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Women Soldiers Graduate to Serve in Combat Role

Serving as a mechanic for the Bradley Fighting Vehicle is no longer closed to women after five graduated today for the combat support role in a ceremony at Fort Benning.

"I can't believe I finished it," Pvt. Christian Haws said after the 10 a.m. ceremony for the 3rd Battalion, 81st Armor Regiment at Harmony Church. "I'm just so motivated to get to my unit and do my best. I never thought this day would come with so many challenges that we faced to get to this day."

Joining Haws for the historic graduation on post were Pvts. Melissa Allen, Amanda Layman, Christy Bailey and Taylor Robbins. They and more than 30 other male soldiers finished the 14-week course which prepares them to work on the 36-ton vehicle during training or while under fire in a war zone.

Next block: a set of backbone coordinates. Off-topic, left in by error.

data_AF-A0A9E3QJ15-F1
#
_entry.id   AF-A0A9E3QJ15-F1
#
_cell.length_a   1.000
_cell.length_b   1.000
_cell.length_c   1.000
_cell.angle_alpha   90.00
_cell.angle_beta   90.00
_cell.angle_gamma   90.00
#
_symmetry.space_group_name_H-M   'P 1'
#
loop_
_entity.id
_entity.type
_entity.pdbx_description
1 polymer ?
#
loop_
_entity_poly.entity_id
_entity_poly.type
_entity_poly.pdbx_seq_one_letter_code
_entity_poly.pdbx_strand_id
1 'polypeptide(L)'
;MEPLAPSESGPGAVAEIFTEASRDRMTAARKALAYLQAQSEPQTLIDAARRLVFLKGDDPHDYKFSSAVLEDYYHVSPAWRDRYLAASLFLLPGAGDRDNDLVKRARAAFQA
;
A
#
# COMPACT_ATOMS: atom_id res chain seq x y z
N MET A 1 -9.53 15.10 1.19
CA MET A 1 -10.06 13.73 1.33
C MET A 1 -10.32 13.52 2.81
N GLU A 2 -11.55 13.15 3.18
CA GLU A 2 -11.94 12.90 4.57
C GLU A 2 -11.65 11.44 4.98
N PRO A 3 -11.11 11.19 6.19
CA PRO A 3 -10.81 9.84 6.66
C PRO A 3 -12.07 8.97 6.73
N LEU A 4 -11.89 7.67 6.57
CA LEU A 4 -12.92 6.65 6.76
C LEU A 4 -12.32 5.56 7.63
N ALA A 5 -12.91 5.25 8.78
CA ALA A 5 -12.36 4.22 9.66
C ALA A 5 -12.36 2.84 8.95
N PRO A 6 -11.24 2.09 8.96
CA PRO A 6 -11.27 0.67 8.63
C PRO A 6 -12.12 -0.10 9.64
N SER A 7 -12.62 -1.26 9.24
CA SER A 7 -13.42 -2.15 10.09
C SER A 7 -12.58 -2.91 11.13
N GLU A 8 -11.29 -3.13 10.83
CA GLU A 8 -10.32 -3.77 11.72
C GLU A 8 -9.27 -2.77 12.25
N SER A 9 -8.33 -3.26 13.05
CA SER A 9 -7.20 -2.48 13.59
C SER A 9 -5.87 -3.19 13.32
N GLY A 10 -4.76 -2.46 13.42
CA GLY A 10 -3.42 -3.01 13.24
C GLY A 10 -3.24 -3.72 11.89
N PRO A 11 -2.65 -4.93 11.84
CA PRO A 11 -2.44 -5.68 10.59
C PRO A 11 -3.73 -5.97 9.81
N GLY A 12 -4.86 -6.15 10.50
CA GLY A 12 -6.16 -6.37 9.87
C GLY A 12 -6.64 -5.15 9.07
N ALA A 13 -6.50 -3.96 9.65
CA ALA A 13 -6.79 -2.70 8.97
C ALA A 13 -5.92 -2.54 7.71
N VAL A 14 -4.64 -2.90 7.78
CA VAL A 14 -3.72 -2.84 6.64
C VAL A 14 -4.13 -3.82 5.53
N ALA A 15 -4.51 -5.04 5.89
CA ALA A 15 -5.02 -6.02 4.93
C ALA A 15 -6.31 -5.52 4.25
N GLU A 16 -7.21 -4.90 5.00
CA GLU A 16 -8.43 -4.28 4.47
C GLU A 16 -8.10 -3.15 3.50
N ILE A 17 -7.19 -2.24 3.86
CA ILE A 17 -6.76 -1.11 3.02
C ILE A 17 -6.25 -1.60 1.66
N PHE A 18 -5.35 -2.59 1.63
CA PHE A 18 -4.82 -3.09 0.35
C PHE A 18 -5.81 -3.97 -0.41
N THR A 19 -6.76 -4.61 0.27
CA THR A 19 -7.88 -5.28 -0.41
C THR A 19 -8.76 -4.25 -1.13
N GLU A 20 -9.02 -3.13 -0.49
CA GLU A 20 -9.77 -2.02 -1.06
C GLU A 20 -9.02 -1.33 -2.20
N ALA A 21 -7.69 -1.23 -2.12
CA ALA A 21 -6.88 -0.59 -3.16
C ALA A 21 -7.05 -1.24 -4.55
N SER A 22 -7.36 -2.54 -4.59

The mechanic position was one of 237,000 military positions opened by the former secretary of defense in January. Soldiers who graduate from the course are able to diagnose and troubleshoot any malfunctions on the Bradley. They also are able to work on the vehicle's suspension system, fire extinguisher and suppression systems and mounted armament.

Haws, 18, of Harlem, New York, noted the pressure all the women soldiers faced to get through the course. "You always have to be better than the males all the time," she said. "Everybody is looking up to you."

From the first day of the class, she said the women came together to support one another. "It's really why each and everyone is here today because we pushed each other," Haws said.

Robbins, 20, of myrtle, Miss, said she feels like part of the family after graduating. She's excited to lead the way and cut the path for other women to follow.

Robbins said she was inspired by her father who served as a tanker in the Army in the mid 1970s.

"I had planned on joining some type of branch of the military then my dad was in the Army so I decided to follow his path," she said.

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Army Women in the Military